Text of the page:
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Ravens vs. Steelers: 0 Winners & 8 Losers

Twice this season, the Ravens have turned an easy win into a shameful loss

NFL: Baltimore Ravens at Pittsburgh Steelers Charles LeClaire-USA TODAY Sports

The Ravens entered with a chance to dominate the division. Instead, they let it slip through their hands, much like the football did for their pass catchers. Rather than being up 4-1, they find themselves tied with the Pittsburgh Steelers at 3-2, and now they head to London and play the Tennessee Titans.

Honorable Mentions

There were a few players who did well today. Kevon Seymour scooped up the forced fumble on the punt return forced by Jeremiah Moon. Defensive lineman Justin Madubuike and Michael Pierce looked like they were disruptive, and Brent Urban notched a sack. So too did Arthur Maulet, who played a helluva game today. They all deserve to be mentioned, but I’m sure after a game like this, they don’t feel like winners.

Let’s get to the ugly stuff.


QB Lamar Jackson — The two interceptions at the end of the game were ugly. The pass to Odell Beckham Jr. was egregious. The strip sack is what it is, honestly. But I have Jackson on this list because he lost not from his performance, but his pass catchers. This game would’ve been put away had any of his pass-catchers hauled in a ball. Both Mark Andrews and Rashod Bateman dropped touchdown balls. Zay Flowers dropped two passes and lost track on a third one and fell down. Nelson Agholor dropped a would-be touchdown on a deep shot. Jackson had this game won. Instead, he’s looked as a fourth quarter failure because he’s pressing so hard to get his guys the football.

Coaching — For the second time, this team hasn’t overcome early struggles. Just as they did against the Indianapolis Colts, they marched downfield and scored. They started to put the hurt on their opponents. Then, an ugly fumble by a running back stalls them and they fail to ever their mess together. After scoring their ninth consecutive touchdown, their next two red zone opportunities were a field goal and interception, not counting the turnover on downs to end the second half because it occurred at the 23-yard line.

More Coaching — The Ravens receivers weren’t clicking. The passing attack had struggled to step up. So, when the Ravens got the ball after a forced fumble on the Steelers’ punt return and inside the red zone, I expected them to hammer the ball into the end zone. Instead, Offensive Coordinator Todd Monken called a fade route to Beckham, 5-foot-11, who was hobbled and not 100-percent, against rookie cornerback Joey Porter Jr., 6-foot-2, and known for physical, pressing defense. Felt like a situation you ride Gus Edwards not only for the first down call, but for the next two downs, too. Or, sweeping it out into space to burn around the edge with Flowers or Duvernay or keep it with Jackson who had gashed the past two weeks for four rushing touchdowns.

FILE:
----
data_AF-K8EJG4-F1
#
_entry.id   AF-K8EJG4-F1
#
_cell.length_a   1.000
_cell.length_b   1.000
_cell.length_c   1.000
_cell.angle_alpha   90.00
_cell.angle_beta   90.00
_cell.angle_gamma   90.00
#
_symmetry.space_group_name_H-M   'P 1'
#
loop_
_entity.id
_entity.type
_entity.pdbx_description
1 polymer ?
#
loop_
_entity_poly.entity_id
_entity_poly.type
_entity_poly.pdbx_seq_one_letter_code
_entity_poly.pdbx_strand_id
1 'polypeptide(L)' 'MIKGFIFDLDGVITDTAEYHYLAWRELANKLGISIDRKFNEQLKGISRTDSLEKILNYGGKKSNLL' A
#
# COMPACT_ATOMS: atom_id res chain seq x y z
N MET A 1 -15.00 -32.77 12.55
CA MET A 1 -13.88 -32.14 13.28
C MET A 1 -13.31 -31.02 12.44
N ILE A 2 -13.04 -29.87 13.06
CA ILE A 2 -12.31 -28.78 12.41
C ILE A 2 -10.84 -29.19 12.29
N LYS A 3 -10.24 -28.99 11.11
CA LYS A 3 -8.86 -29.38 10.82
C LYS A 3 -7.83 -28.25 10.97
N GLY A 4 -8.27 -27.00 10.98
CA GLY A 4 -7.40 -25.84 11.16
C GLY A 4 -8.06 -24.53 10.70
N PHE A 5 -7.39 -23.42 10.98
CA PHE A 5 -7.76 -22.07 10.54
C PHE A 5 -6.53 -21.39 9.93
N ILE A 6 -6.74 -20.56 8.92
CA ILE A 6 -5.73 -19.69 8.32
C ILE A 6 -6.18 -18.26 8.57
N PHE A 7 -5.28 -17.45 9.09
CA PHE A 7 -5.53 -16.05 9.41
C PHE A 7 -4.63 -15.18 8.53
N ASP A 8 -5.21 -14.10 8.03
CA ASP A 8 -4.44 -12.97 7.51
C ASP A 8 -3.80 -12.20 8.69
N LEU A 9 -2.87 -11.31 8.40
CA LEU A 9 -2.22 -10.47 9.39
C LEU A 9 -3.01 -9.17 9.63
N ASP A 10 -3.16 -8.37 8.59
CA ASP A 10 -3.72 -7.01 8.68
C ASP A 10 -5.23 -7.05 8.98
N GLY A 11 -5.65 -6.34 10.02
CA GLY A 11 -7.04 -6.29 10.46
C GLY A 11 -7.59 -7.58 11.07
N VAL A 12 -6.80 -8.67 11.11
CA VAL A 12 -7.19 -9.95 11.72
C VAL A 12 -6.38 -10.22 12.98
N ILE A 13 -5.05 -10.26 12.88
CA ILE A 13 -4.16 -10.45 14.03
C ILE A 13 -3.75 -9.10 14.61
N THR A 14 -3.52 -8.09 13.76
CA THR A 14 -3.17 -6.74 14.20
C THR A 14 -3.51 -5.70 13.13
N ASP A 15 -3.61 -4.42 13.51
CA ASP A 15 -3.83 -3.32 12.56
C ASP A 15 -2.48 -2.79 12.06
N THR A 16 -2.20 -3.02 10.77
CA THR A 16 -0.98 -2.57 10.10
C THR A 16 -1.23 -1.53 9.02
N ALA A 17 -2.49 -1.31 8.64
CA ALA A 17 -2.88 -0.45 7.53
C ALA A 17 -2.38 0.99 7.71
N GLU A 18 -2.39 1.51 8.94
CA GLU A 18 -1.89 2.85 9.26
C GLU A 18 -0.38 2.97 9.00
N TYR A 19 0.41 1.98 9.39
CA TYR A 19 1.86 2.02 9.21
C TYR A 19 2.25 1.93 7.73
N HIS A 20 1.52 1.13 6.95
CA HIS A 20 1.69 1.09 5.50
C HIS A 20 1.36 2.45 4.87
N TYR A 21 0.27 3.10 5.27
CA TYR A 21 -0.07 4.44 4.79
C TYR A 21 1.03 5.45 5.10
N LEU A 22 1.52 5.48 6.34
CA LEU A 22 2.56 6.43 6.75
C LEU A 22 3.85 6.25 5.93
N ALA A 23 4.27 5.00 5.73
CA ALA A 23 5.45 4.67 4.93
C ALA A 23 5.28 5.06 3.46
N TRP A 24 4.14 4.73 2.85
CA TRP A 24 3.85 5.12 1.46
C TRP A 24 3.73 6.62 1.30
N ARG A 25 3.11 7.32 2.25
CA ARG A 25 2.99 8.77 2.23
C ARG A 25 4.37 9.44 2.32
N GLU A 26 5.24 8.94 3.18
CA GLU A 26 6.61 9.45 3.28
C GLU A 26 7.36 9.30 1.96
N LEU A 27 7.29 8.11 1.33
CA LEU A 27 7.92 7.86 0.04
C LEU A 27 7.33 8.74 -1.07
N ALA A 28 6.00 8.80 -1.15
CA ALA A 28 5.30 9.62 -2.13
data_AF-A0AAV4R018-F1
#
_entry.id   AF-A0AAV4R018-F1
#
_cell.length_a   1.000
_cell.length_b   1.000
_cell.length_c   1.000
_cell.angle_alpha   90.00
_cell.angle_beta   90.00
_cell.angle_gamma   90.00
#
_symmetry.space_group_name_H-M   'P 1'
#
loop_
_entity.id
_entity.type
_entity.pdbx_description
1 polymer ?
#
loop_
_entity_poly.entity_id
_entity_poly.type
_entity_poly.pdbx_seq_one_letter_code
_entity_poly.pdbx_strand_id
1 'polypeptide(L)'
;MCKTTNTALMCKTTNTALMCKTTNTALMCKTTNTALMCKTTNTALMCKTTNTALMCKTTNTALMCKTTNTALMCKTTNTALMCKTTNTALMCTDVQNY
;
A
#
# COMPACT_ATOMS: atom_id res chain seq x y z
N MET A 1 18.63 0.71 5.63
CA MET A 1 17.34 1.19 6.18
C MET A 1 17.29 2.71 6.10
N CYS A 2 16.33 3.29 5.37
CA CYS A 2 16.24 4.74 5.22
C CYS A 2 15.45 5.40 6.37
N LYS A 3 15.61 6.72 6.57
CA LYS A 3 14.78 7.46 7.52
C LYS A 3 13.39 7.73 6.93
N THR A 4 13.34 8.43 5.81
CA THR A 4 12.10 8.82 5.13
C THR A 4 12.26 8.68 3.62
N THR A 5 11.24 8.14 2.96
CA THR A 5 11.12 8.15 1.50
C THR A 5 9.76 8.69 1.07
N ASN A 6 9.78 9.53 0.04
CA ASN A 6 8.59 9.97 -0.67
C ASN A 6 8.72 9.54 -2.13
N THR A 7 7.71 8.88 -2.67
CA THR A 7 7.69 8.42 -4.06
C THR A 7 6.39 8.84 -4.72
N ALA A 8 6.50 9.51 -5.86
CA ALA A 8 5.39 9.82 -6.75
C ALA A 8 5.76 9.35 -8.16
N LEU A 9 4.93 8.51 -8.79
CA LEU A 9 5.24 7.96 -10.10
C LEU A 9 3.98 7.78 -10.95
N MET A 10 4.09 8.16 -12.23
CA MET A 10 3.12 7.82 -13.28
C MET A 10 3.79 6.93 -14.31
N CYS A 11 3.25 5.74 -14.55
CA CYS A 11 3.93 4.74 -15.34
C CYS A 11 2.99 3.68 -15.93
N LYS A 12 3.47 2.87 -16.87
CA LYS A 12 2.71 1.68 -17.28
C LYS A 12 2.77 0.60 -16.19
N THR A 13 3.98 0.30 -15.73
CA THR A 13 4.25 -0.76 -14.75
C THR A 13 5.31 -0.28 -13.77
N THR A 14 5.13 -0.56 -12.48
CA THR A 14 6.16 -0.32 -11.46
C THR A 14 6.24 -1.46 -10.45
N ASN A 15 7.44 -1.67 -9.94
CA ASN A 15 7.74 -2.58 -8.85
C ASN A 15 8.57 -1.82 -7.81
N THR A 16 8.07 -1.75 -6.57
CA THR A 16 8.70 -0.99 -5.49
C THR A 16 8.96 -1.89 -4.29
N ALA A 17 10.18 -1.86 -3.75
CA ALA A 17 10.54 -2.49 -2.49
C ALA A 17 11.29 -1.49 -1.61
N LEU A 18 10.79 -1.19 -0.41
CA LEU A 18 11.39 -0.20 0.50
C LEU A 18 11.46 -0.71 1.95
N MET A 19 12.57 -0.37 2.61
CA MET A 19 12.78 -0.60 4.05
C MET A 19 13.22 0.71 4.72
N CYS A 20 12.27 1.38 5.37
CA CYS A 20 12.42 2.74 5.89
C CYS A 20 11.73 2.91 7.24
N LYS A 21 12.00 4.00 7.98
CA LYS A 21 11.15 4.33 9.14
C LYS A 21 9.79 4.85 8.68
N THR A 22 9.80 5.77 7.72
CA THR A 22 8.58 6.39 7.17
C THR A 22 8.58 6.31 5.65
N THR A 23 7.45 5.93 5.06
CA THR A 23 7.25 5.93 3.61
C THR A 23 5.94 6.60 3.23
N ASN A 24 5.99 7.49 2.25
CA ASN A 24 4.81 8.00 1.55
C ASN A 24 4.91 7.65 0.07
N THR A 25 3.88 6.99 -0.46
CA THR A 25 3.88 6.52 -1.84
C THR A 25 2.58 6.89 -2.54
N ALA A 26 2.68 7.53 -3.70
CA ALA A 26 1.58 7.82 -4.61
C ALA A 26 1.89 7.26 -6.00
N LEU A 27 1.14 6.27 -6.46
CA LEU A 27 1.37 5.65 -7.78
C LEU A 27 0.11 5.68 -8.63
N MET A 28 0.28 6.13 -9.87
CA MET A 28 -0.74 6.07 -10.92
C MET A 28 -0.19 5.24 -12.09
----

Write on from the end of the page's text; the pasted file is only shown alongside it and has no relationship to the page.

Punt Protection/Coverage (excluding Jordan Stout) — Punting performances? All but perfect. But then there’s the blocked punt and the ensuing coverage on the safety kickoff that saw Stout have to make a tackle at the 45-yard line. There are real issues with this special teams unit this season and it’s costing them football games. It’s gone from mild concern to points being scored directly due to their errors. A team with Head Coach John Harbaugh at the forefront not performing among the top 10 teams, or even the top half? I’m curious if there’s consideration for change. Not at midseason, no, but this is startling.

Pass Catchers — Six drops? Seven? Everybody seems to have a different number on this but regardless, it was inexcusable. Credit tight end Mark Andrews for taking accountability when I asked him about them.

“We have too good of players-too great of players, myself included. That stuff can’t be contagious,” Andrews said. “One happens, move on and get to the next play. We need to be better. Obviously, Lamar’s putting the ball right where it needs to be. We need to be there for him and make plays. We do that we win this game.”

RB Justice Hill — Set a new career best in single-season touchdowns with three and only in Week 5. But that is long gone as he’ll be remembered instead in this game for a fumble that seemed to knock the team off the rails, just as Kenyan Drake’s fumble against the Colts led to such a collapse two weeks prior.

Ball Security — Holding onto the football is going to be the Ravens’ fatal flaw at this point. Consistently, they’re losing the football and it’s a death-knell.

CB Marlon Humphrey — Last season, wide receiver George Pickens seemed to have Humphrey’s number. At least at Acrisure stadium when Pickens’ three catches went for 41-, 25- and 11-yards, respectively. For most of the game, Pickens was struggling against Humphrey. Then, it all came crumbling when Pickens beat him one-on-one for the 41-yard touchdown. Humphrey talked about the play after the game.

“You kind of get beat sometimes when you blitz the house,” Humphrey said. “Obviously, you don’t want to be on the end of a game winner. It happens sometimes at the corner position.”